A Gimmick Level in a Platform Game (or other action type of video game) which uses elements of the game's physics to play itself to completion while the player just watches with hands off the controls. The effect is somewhat like a Rube Goldberg Device transportation device.
Automatic levels are rarely part of any official game release; they are more typically created by users with Level Editors.
A lesser variation is the 'Hold Right' level, which the player can beat by simply holding the right key and nothing else.
Please note that cutscenes and Attract Modes are not automatic levels. They don't have to do with guns or Character Levels, either. Also disqualified are Programming Games where the characters' actions can't be controlled in any case.
- Many fan-created Super Mario World levels make careful use of note blocks, conveyor belts, obstacles and moving platforms to achieve this, usually with the intent of making the noises made go along with the beat of a song.
- One of the sample courses for Super Mario Maker is an automatic course called "Underwater Automation". Of course, it's possible for the player to build their own automatic courses, too. Super Mario Maker 2 take this further by allowing you to tag your level as such for searching purposes.
- Yoshi's Island has a fan-made level that works this way.
- "Hands-Off House" for Glider 4.0, and "AutoPilot" for Glider PRO.
- There are tons of these for N. They tend to be almost as awesome as those based on Super Mario World.
- The Flash game Free Rider and its 'sequel', Free Rider 2, have lots of fan-made automatic levels.
- LittleBigPlanet has plenty of these, too, mostly in the form of Rube Goldberg Devices.
- ZZT occasionally sees these, probably starting with the Island Escape sequence in the first "Best of ZZT" collection.
- In TrackMania, so-called "press forward" tracks are these. All you have to do is... press forward. None exist in the game itself, though, so you'll have to make them yourself.
- In Breakout/Arkanoid style game called Rebound, there's a level that does that. It even instructs you not to touch anything. Of course, if you're smart you can interrupt the level and finish it yourself, for massive points.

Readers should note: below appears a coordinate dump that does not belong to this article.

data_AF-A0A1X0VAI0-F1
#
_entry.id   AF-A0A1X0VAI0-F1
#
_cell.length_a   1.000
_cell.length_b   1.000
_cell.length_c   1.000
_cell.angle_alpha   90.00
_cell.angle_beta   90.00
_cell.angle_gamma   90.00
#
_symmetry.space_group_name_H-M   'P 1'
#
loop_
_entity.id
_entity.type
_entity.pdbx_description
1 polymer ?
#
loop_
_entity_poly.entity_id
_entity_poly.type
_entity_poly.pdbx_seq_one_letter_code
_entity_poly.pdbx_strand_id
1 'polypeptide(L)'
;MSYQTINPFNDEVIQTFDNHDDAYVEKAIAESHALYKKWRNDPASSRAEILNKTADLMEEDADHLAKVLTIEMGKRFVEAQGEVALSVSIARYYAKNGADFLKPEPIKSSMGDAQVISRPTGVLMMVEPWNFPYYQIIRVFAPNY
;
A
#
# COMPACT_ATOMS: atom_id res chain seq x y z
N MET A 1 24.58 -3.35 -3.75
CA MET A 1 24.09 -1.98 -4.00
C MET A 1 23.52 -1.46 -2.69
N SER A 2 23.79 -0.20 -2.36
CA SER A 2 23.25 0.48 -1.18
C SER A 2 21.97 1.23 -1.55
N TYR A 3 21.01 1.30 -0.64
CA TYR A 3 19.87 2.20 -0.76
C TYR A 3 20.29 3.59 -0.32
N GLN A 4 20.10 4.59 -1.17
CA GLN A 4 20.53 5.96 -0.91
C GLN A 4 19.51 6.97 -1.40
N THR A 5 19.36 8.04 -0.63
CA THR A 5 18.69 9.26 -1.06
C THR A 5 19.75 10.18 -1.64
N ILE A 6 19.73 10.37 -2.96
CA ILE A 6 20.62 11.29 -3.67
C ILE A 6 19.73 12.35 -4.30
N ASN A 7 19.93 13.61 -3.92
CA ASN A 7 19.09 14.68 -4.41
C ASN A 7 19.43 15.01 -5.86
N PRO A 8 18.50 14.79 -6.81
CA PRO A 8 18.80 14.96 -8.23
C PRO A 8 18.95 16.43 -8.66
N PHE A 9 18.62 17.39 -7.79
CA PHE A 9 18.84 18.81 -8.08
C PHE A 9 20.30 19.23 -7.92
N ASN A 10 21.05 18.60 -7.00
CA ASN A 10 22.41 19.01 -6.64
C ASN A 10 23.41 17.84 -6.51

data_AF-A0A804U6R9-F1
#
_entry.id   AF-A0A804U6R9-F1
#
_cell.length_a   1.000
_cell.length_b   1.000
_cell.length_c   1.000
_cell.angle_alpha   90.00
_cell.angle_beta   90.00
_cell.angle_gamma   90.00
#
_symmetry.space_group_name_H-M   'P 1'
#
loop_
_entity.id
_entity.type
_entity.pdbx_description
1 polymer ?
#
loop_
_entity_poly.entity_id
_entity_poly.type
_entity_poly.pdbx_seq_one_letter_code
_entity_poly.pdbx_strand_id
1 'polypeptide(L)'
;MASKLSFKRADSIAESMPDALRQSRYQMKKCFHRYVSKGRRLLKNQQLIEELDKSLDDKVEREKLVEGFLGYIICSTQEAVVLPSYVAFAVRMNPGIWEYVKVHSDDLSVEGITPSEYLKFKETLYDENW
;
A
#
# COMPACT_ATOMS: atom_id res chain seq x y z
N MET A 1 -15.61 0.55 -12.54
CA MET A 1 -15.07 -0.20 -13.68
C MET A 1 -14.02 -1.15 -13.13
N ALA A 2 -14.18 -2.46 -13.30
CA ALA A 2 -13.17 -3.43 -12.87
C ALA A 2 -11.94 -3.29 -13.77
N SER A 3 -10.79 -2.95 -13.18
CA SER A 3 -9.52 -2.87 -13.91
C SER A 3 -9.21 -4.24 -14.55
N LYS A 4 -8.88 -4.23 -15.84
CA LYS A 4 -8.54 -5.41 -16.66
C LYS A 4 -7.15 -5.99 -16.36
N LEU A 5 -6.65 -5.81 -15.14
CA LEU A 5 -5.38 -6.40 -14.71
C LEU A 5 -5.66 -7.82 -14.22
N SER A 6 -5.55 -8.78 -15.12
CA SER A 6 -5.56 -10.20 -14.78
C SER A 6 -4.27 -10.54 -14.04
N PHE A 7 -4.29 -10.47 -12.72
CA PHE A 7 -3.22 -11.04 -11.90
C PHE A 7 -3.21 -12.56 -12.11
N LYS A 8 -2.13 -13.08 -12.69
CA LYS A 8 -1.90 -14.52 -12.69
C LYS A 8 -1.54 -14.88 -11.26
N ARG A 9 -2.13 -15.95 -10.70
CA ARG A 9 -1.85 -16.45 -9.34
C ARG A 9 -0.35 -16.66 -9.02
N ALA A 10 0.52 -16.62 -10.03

- Progress Quest and any other Idle Game is an entire automatic game.
- The last elevator level in 3 in Three will solve itself after only a single mouse click. Unfortunately, it's not the single mouse click you think it is...
- In Mega Man X1, there's a section of Sigma's first fortress that's full of springs. The springs launch you toward the ceiling when you step on them, making the section rather difficult, but if you just use the dash feature you bounce from spring to spring avoiding enemies and zooming past the lasers, landing at the end without a scratch.
- The controls in Kinect Joy Ride felt strange for one player, who later recorded himself sitting still in one race. The player later reported that when standing up, the game does not autoplay, leading him to theorize that this only activates when Kinect cannot see his hands. (Kinect is known to mistake players for chairs when they sit down.)
- The player-made 'Vertical Vehicle' level requires only one button press to click past a trinket-get screen and otherwise acts on its own.
- In another player-made hack, 333333, you can only get through the first screen of the final level by not moving at all and letting the conveyor belts and gravity inversion planes take you through. There's nothing telling you this.
- Such user-made levels in Happy Wheels are known as "Don't Move" levels. Some intentionally eviscerate the player's character and have their body parts travel on specific paths.
- In the short time you have to control Lucas in MOTHER 3's 6th chapter, all you have to do is hold left.
- One of the levels in the Amiga shareware game Mister And Missus is an automatic level in which the player has no control.
- Barney's Hide And Seek for the Sega Genesis takes this Up to Eleven, it's possible to beat the whole game without having a controller plugged in. Barney starts the game on his own and will move on his own if the player isn't touching the controls. The world record "speedrun" for "Any% No Controller" is 9 minutes, 19 seconds.
- In Everybody Edits, this is a pretty common world type. Often, they require players to hold down a button such as the jump button (making the player constantly jump), but fully automatic ones are also common. Usually they take advantage of gravity-affecting blocks for quite the dynamic experience. They are often called "AFKs," a common online term meaning "Away From Keyboard." A world filled with AFK machines can be found here.